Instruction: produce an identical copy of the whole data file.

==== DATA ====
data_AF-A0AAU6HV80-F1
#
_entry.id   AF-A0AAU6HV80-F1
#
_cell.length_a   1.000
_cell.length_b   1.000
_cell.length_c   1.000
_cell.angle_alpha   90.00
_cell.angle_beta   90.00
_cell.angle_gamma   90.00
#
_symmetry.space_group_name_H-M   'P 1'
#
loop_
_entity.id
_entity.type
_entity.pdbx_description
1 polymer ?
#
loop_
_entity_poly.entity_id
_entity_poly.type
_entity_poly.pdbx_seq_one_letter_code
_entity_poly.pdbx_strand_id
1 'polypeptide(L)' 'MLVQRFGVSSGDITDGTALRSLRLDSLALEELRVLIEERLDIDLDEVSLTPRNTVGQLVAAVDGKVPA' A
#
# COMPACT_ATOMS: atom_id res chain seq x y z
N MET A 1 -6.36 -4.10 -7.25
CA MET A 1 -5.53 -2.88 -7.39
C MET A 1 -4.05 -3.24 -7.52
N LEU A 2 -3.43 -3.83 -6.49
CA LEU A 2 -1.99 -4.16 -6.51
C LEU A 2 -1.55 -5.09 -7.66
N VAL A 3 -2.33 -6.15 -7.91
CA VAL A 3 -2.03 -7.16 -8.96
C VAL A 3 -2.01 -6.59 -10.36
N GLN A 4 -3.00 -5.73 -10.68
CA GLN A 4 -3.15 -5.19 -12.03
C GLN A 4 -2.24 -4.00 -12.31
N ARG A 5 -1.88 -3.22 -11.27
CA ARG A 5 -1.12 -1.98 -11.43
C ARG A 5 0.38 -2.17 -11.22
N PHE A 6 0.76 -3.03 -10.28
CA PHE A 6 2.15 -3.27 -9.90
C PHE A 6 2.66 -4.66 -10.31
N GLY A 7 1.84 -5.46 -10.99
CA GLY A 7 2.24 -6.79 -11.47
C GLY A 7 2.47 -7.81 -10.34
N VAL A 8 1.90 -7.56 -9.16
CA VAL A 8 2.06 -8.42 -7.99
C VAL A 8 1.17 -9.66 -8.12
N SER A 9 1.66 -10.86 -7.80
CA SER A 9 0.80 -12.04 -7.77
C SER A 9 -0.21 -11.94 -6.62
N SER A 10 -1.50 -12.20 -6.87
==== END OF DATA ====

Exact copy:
data_AF-A0AAU6HV80-F1
#
_entry.id   AF-A0AAU6HV80-F1
#
_cell.length_a   1.000
_cell.length_b   1.000
_cell.length_c   1.000
_cell.angle_alpha   90.00
_cell.angle_beta   90.00
_cell.angle_gamma   90.00
#
_symmetry.space_group_name_H-M   'P 1'
#
loop_
_entity.id
_entity.type
_entity.pdbx_description
1 polymer ?
#
loop_
_entity_poly.entity_id
_entity_poly.type
_entity_poly.pdbx_seq_one_letter_code
_entity_poly.pdbx_strand_id
1 'polypeptide(L)' 'MLVQRFGVSSGDITDGTALRSLRLDSLALEELRVLIEERLDIDLDEVSLTPRNTVGQLVAAVDGKVPA' A
#
# COMPACT_ATOMS: atom_id res chain seq x y z
N MET A 1 -6.36 -4.10 -7.25
CA MET A 1 -5.53 -2.88 -7.39
C MET A 1 -4.05 -3.24 -7.52
N LEU A 2 -3.43 -3.83 -6.49
CA LEU A 2 -1.99 -4.16 -6.51
C LEU A 2 -1.55 -5.09 -7.66
N VAL A 3 -2.33 -6.15 -7.91
CA VAL A 3 -2.03 -7.16 -8.96
C VAL A 3 -2.01 -6.59 -10.36
N GLN A 4 -3.00 -5.73 -10.68
CA GLN A 4 -3.15 -5.19 -12.03
C GLN A 4 -2.24 -4.00 -12.31
N ARG A 5 -1.88 -3.22 -11.27
CA ARG A 5 -1.12 -1.98 -11.43
C ARG A 5 0.38 -2.17 -11.22
N PHE A 6 0.76 -3.03 -10.28
CA PHE A 6 2.15 -3.27 -9.90
C PHE A 6 2.66 -4.66 -10.31
N GLY A 7 1.84 -5.46 -10.99
CA GLY A 7 2.24 -6.79 -11.47
C GLY A 7 2.47 -7.81 -10.34
N VAL A 8 1.90 -7.56 -9.16
CA VAL A 8 2.06 -8.42 -7.99
C VAL A 8 1.17 -9.66 -8.12
N SER A 9 1.66 -10.86 -7.80
CA SER A 9 0.80 -12.04 -7.77
C SER A 9 -0.21 -11.94 -6.62
N SER A 10 -1.50 -12.20 -6.87